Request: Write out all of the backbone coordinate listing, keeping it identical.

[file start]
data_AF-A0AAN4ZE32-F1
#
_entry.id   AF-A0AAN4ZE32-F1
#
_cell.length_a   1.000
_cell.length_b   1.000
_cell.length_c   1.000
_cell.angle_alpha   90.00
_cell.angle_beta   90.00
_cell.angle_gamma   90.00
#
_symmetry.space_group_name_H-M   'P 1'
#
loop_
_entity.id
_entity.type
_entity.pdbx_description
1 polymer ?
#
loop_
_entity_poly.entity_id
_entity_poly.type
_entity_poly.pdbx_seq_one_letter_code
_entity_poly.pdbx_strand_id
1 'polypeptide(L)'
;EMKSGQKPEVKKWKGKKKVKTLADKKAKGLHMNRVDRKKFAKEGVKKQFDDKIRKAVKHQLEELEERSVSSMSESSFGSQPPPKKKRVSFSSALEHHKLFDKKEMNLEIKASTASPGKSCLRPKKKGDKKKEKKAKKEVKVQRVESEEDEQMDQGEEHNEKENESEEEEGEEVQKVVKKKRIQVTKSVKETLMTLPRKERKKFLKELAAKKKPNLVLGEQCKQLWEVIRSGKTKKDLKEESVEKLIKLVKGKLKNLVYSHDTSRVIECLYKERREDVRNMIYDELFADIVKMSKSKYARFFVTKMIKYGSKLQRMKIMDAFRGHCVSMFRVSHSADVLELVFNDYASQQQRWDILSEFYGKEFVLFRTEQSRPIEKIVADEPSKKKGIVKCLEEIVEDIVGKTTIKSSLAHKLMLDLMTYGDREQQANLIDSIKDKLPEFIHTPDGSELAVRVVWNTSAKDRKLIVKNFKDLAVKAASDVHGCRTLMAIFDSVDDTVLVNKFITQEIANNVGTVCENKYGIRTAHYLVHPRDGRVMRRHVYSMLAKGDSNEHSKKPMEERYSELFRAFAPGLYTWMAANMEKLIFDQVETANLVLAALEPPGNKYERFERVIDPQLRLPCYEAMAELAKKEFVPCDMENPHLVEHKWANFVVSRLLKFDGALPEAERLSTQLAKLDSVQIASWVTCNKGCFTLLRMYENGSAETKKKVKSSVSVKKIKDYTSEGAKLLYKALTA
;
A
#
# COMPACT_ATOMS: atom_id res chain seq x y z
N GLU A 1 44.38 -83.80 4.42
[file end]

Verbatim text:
data_AF-A0AAN4ZE32-F1
#
_entry.id   AF-A0AAN4ZE32-F1
#
_cell.length_a   1.000
_cell.length_b   1.000
_cell.length_c   1.000
_cell.angle_alpha   90.00
_cell.angle_beta   90.00
_cell.angle_gamma   90.00
#
_symmetry.space_group_name_H-M   'P 1'
#
loop_
_entity.id
_entity.type
_entity.pdbx_description
1 polymer ?
#
loop_
_entity_poly.entity_id
_entity_poly.type
_entity_poly.pdbx_seq_one_letter_code
_entity_poly.pdbx_strand_id
1 'polypeptide(L)'
;EMKSGQKPEVKKWKGKKKVKTLADKKAKGLHMNRVDRKKFAKEGVKKQFDDKIRKAVKHQLEELEERSVSSMSESSFGSQPPPKKKRVSFSSALEHHKLFDKKEMNLEIKASTASPGKSCLRPKKKGDKKKEKKAKKEVKVQRVESEEDEQMDQGEEHNEKENESEEEEGEEVQKVVKKKRIQVTKSVKETLMTLPRKERKKFLKELAAKKKPNLVLGEQCKQLWEVIRSGKTKKDLKEESVEKLIKLVKGKLKNLVYSHDTSRVIECLYKERREDVRNMIYDELFADIVKMSKSKYARFFVTKMIKYGSKLQRMKIMDAFRGHCVSMFRVSHSADVLELVFNDYASQQQRWDILSEFYGKEFVLFRTEQSRPIEKIVADEPSKKKGIVKCLEEIVEDIVGKTTIKSSLAHKLMLDLMTYGDREQQANLIDSIKDKLPEFIHTPDGSELAVRVVWNTSAKDRKLIVKNFKDLAVKAASDVHGCRTLMAIFDSVDDTVLVNKFITQEIANNVGTVCENKYGIRTAHYLVHPRDGRVMRRHVYSMLAKGDSNEHSKKPMEERYSELFRAFAPGLYTWMAANMEKLIFDQVETANLVLAALEPPGNKYERFERVIDPQLRLPCYEAMAELAKKEFVPCDMENPHLVEHKWANFVVSRLLKFDGALPEAERLSTQLAKLDSVQIASWVTCNKGCFTLLRMYENGSAETKKKVKSSVSVKKIKDYTSEGAKLLYKALTA
;
A
#
# COMPACT_ATOMS: atom_id res chain seq x y z
N GLU A 1 44.38 -83.80 4.42